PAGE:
center_coords_x = x_length / 2 + min_x
    center_coords_y = y_length / 2 + min_y

    if tiles_x % 2 == 0:  # odd or even check. % 2 is remainder after a division by 2
        starting_x_point = (width * (1 - tile_overlap / 100)) / 2 + center_coords_x
        x_points = np.array(starting_x_point)
        for y in range(0, int(tiles_x / 2 - 1)):
            x_points = np.insert(
                (y + 1) * width * (1 - tile_overlap / 100) + starting_x_point,
        for y in range(0, int(tiles_x / 2)):
            x_points = np.append(
                x_points, -(y + 1) * width * (1 - tile_overlap / 100) + starting_x_point
    elif tiles_x % 2 != 0:
        starting_x_point = center_coords_x
        x_points = np.array(starting_x_point)
        for y in range(0, int(math.floor(tiles_x / 2))):
            x_points = np.insert(
                (y + 1) * width * (1 - tile_overlap / 100) + starting_x_point,
        for y in range(0, int(math.floor(tiles_x / 2))):
            x_points = np.append(
                x_points, -(y + 1) * width * (1 - tile_overlap / 100) + starting_x_point

    if tiles_y % 2 == 0:  # odd or even check. % 2 is remainder after a division by 2
        starting_y_point = (height * (1 - tile_overlap / 100)) / 2 + center_coords_y
        y_points = np.array(starting_y_point)
        for y in range(0, int(tiles_x / 2 - 1)):
            y_points = np.insert(
                (y + 1) * height * (1 - tile_overlap / 100) + starting_y_point,
        for y in range(0, int(tiles_x / 2)):
            y_points = np.append(
                -(y + 1) * height * (1 - tile_overlap / 100) + starting_y_point,
    elif tiles_y % 2 != 0:
        starting_y_point = center_coords_y
        y_points = np.array(starting_y_point)
        for y in range(0, int(math.floor(tiles_x / 2))):
            y_points = np.insert(
                (y + 1) * height * (1 - tile_overlap / 100) + starting_y_point,
        for y in range(0, int(math.floor(tiles_x / 2))):
            y_points = np.append(
                -(y + 1) * height * (1 - tile_overlap / 100) + starting_y_point,

    return tiles_x, tiles_y, np.int32(x_points), np.int32(y_points)

[tiles_x, tiles_y, x_points, y_points] = bound_region2tile(10)

def focus_tile_pos_generator(area, tiles_in_x, tiles_in_y):
    iterations_x = math.ceil(tiles_in_x * math.sqrt(area))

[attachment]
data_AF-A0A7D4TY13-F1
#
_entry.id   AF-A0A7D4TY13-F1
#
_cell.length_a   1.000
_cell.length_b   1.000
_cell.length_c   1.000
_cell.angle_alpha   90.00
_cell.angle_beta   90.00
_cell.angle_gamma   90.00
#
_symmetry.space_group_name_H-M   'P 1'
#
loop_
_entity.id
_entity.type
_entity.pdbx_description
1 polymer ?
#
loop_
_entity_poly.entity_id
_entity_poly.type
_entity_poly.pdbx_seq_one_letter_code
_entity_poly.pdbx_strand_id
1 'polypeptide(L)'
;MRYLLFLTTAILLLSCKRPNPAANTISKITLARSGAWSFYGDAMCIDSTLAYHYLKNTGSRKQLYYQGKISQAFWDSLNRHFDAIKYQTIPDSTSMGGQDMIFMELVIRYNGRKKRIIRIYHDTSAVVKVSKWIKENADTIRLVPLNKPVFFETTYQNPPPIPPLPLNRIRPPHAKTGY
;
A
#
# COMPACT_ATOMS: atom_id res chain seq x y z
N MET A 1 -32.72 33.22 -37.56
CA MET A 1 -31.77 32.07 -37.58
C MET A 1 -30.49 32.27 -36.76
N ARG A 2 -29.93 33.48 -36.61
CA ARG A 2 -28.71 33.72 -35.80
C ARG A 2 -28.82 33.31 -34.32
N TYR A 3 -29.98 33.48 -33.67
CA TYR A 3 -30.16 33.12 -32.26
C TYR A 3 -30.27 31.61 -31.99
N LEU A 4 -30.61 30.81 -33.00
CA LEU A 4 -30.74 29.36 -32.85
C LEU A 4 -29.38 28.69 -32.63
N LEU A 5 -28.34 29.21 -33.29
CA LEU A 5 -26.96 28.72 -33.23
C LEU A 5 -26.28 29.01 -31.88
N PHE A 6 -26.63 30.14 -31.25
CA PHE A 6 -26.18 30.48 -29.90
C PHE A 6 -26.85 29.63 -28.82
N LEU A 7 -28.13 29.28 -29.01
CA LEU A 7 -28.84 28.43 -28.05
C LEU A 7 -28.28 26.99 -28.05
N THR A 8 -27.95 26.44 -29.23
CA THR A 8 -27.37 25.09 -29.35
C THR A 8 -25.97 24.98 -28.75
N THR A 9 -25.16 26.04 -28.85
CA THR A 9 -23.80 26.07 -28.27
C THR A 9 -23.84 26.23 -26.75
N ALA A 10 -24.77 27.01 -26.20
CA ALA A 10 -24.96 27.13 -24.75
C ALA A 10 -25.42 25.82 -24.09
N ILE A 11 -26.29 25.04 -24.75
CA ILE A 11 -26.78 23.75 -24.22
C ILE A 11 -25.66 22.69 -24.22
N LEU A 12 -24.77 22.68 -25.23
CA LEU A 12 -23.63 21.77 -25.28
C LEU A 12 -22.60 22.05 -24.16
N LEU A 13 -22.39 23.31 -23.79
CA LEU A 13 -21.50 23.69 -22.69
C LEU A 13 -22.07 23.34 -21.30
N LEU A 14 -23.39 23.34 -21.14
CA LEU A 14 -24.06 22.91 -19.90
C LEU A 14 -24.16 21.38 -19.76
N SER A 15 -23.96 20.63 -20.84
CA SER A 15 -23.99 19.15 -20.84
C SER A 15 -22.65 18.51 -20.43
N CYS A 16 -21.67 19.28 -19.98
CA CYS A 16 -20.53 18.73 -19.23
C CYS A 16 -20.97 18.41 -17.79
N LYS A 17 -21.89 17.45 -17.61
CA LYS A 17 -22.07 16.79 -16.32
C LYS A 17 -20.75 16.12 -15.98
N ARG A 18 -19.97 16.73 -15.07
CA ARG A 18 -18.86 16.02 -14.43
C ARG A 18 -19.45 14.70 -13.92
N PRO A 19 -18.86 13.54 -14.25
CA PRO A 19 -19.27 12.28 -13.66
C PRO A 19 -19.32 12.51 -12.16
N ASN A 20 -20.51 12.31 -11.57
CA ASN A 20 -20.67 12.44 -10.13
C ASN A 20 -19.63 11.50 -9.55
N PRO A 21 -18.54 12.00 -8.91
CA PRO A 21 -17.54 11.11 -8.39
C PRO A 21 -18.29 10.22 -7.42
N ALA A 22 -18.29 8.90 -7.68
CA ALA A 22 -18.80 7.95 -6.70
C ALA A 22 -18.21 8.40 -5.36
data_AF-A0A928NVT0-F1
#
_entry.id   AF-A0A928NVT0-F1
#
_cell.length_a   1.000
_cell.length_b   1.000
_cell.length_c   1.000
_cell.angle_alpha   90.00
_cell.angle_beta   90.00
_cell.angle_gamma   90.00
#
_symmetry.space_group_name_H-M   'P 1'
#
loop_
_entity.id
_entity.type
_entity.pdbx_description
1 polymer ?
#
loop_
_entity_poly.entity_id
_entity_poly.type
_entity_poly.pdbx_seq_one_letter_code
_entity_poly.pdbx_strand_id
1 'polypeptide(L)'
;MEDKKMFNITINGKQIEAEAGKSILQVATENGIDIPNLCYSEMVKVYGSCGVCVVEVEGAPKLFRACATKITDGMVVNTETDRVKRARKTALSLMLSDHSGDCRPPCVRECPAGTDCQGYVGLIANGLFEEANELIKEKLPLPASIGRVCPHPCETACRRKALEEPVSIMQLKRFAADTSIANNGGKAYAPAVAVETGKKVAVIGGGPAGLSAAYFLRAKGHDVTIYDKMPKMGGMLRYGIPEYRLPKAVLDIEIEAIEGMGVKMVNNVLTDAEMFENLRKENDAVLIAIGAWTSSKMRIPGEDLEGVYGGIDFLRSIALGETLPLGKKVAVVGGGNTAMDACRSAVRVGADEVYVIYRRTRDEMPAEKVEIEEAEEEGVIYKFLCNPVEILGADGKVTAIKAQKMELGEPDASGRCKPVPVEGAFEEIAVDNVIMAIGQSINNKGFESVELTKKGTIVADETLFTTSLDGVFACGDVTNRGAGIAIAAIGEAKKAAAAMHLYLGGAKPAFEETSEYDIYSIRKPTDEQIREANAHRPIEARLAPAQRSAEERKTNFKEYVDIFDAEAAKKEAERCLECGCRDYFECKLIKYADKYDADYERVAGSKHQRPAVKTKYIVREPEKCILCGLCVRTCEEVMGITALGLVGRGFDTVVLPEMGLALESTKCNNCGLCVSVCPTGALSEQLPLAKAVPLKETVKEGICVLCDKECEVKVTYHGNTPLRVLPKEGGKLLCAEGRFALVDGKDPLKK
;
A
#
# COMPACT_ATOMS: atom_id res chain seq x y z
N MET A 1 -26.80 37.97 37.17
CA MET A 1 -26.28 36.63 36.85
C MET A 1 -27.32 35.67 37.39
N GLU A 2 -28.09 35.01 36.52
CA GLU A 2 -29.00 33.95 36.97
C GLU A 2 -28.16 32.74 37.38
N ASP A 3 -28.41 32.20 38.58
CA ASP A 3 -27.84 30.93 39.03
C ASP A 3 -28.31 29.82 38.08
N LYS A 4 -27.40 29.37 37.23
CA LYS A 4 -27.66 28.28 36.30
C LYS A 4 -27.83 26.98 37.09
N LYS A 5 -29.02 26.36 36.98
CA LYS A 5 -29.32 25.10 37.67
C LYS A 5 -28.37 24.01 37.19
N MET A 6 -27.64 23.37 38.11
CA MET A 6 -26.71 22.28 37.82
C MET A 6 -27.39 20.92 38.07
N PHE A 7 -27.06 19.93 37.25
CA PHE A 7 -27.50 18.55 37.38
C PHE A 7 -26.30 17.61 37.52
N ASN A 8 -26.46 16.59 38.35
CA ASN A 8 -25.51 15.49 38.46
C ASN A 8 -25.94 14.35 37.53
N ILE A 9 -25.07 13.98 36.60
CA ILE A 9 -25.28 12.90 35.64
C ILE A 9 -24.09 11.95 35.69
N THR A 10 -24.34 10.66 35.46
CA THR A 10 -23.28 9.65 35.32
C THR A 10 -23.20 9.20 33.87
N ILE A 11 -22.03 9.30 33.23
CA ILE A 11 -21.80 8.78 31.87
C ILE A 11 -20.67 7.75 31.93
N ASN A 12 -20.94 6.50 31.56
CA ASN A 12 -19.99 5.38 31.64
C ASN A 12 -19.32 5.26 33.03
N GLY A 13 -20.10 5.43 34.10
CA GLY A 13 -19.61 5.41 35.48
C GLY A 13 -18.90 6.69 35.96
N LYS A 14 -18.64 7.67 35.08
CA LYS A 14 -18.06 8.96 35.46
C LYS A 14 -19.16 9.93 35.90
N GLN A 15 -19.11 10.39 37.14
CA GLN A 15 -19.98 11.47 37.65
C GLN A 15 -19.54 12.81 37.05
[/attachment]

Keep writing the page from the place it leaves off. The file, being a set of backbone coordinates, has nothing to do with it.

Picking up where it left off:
step_size_x = math.floor(tiles_in_x / iterations_x)
    remainder_x = tiles_in_x - (step_size_x * (iterations_x - 1))

    iterations_y = math.ceil(tiles_in_y * math.sqrt(area))
    step_size_y = math.floor(tiles_in_y / iterations_y)
    remainder_y = tiles_in_y - (step_size_y * (iterations_y - 1))

    if (remainder_x % 2) == 0:
        offset_x = remainder_x / 2
        if remainder_x == 1:
            offset_x = 1
            offset_x = (remainder_x - 1) / 2 + 1
    x = []
    for iteration in range(0, iterations_x):
        x.append(offset_x + iteration * step_size_x)

    if (remainder_y % 2) == 0:
        offset_y = remainder_y / 2
        if remainder_y == 1:
            offset_y = 1
            offset_y = (remainder_y - 1) / 2 + 1
    y = []
    for iteration in range(0, iterations_y):
        y.append(offset_y + iteration * step_size_y)

    focus_tile_locations = {"X": x, "Y": y}
    true_coverage = (
        str(round(len(x) * len(y) / (tiles_in_x * tiles_in_y), 2) * 100) + "%"

    return focus_tile_locations, true_coverage

[grid1, true_coverage_grid1] = focus_tile_pos_generator(0.10, tiles_x, tiles_y)

def grid2points(sampling_grid, x_points, y_points):
    number_sampling_points = int(len(sampling_grid["X"]) * len(sampling_grid["Y"]))
    sampling_points = np.array([])
    for x in range(0, len(sampling_grid["X"])):
        for y in range(0, len(sampling_grid["Y"])):
            sampling_points = np.insert(
                    x_points[int(sampling_grid["X"][x]) - 1],
                    y_points[int(sampling_grid["Y"][y]) - 1],
    sampling_points.shape = (number_sampling_points, 2)
    return sampling_points

def surface2sampling_points(tile_overlap, area_fraction_sampled):
    [tiles_x, tiles_y, x_points, y_points] = bound_region2tile(10)
    [sampling_grid, true_coverage_grid1] = focus_tile_pos_generator(
        0.10, tiles_x, tiles_y
    sampling_points = grid2points(sampling_grid, x_points, y_points)

    return sampling_points, true_coverage_grid1